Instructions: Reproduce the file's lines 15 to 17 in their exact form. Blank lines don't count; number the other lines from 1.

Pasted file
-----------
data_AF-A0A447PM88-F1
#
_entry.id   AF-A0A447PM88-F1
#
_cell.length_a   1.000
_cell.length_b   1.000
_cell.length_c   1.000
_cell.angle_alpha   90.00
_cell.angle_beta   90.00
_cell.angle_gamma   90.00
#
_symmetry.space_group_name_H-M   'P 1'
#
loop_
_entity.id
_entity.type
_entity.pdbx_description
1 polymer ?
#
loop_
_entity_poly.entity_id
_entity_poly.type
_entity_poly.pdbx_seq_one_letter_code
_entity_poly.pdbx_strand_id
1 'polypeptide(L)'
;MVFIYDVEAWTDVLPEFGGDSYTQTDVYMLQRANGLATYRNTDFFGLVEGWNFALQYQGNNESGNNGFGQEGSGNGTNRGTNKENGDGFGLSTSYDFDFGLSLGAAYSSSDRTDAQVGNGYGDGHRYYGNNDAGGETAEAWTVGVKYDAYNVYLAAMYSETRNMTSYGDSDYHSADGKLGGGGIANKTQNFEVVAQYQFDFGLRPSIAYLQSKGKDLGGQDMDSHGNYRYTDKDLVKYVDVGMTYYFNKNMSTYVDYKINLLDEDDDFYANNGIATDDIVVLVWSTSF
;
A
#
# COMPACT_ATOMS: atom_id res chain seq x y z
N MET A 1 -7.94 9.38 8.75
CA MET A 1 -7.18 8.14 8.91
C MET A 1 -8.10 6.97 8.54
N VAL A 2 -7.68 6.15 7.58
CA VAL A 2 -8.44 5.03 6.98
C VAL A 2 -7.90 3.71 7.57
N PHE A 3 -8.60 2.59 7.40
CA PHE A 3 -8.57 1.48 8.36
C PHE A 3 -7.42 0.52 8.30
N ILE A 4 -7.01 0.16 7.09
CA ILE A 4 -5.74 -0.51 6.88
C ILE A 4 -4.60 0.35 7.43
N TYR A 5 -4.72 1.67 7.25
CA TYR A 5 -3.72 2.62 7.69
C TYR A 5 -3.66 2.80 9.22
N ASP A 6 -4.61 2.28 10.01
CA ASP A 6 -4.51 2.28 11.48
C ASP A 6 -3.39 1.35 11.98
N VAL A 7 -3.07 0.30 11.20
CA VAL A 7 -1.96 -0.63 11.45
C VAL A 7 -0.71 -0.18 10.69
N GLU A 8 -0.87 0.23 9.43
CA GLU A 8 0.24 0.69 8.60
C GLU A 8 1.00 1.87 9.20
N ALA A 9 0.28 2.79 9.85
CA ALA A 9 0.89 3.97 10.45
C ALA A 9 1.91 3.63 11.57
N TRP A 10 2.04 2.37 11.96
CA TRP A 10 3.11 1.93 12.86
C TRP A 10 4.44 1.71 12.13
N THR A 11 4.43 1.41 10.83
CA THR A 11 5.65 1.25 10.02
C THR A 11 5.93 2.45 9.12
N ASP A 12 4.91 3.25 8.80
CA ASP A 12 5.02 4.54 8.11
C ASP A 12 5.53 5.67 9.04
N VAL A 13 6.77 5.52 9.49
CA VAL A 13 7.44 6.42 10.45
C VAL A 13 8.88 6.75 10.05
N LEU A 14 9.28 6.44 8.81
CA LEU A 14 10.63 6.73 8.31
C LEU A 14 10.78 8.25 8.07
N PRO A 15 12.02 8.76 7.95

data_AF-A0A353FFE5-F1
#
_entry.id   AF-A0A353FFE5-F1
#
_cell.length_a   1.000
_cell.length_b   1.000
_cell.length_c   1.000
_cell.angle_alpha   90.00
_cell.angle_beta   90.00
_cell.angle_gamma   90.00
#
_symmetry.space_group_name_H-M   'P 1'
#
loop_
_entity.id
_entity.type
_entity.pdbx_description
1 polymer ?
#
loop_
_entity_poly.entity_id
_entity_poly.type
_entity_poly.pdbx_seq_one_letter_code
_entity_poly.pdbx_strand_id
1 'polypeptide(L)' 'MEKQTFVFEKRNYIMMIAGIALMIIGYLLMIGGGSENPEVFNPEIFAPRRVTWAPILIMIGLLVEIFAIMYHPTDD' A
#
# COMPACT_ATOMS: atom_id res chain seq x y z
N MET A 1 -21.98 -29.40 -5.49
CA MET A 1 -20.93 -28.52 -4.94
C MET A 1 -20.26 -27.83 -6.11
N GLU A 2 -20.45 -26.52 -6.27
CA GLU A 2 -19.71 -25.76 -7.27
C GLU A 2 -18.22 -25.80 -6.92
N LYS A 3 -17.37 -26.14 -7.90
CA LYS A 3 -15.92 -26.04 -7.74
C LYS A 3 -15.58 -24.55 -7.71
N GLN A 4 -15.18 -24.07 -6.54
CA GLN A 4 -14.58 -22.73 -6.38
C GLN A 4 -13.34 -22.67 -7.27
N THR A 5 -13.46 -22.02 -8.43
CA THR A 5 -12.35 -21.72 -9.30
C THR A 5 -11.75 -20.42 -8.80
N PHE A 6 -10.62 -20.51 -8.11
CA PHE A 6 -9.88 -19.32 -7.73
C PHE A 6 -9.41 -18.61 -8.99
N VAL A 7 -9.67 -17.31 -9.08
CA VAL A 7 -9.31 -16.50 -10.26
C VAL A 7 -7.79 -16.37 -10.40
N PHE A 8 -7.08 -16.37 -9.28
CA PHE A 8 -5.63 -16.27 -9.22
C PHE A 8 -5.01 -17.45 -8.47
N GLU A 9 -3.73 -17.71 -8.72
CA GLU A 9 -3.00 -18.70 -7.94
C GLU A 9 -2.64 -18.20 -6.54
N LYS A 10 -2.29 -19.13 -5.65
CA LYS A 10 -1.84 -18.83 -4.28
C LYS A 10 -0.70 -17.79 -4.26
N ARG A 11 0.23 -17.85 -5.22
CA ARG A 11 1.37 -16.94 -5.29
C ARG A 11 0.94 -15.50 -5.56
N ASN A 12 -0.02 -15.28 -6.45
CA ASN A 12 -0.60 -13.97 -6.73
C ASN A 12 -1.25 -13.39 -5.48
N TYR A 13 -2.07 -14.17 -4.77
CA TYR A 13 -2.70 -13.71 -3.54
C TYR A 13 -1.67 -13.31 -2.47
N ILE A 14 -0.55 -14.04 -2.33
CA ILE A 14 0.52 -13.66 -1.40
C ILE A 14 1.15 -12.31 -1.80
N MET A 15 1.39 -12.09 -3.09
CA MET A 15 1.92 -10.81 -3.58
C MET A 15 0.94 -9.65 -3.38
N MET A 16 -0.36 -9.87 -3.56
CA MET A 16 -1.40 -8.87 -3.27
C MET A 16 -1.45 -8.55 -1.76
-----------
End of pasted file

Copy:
_entity.id
_entity.type
_entity.pdbx_description